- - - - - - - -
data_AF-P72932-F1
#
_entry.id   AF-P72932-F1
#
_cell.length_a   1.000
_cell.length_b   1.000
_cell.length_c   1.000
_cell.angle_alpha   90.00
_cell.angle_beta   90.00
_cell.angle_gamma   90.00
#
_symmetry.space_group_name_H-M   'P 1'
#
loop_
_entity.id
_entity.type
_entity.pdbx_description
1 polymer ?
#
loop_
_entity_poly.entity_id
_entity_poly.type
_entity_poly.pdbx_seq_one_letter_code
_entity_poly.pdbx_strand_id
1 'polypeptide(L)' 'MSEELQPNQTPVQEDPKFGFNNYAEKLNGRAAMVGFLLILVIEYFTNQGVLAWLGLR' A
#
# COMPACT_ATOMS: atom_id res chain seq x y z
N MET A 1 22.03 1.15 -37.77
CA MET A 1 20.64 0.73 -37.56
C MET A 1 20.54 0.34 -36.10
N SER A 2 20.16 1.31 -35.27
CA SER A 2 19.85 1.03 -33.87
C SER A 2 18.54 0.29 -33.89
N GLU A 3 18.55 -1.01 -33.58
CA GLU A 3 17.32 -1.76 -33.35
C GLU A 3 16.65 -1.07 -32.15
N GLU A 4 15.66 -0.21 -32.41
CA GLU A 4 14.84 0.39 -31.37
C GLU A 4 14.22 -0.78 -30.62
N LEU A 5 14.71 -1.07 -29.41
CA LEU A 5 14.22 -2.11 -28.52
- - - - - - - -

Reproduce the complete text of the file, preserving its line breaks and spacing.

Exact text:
data_AF-P72932-F1
#
_entry.id   AF-P72932-F1
#
_cell.length_a   1.000
_cell.length_b   1.000
_cell.length_c   1.000
_cell.angle_alpha   90.00
_cell.angle_beta   90.00
_cell.angle_gamma   90.00
#
_symmetry.space_group_name_H-M   'P 1'
#
loop_
_entity.id
_entity.type
_entity.pdbx_description
1 polymer ?
#
loop_
_entity_poly.entity_id
_entity_poly.type
_entity_poly.pdbx_seq_one_letter_code
_entity_poly.pdbx_strand_id
1 'polypeptide(L)' 'MSEELQPNQTPVQEDPKFGFNNYAEKLNGRAAMVGFLLILVIEYFTNQGVLAWLGLR' A
#
# COMPACT_ATOMS: atom_id res chain seq x y z
N MET A 1 22.03 1.15 -37.77
CA MET A 1 20.64 0.73 -37.56
C MET A 1 20.54 0.34 -36.10
N SER A 2 20.16 1.31 -35.27
CA SER A 2 19.85 1.03 -33.87
C SER A 2 18.54 0.29 -33.89
N GLU A 3 18.55 -1.01 -33.58
CA GLU A 3 17.32 -1.76 -33.35
C GLU A 3 16.65 -1.07 -32.15
N GLU A 4 15.66 -0.21 -32.41
CA GLU A 4 14.84 0.39 -31.37
C GLU A 4 14.22 -0.78 -30.62
N LEU A 5 14.71 -1.07 -29.41
CA LEU A 5 14.22 -2.11 -28.52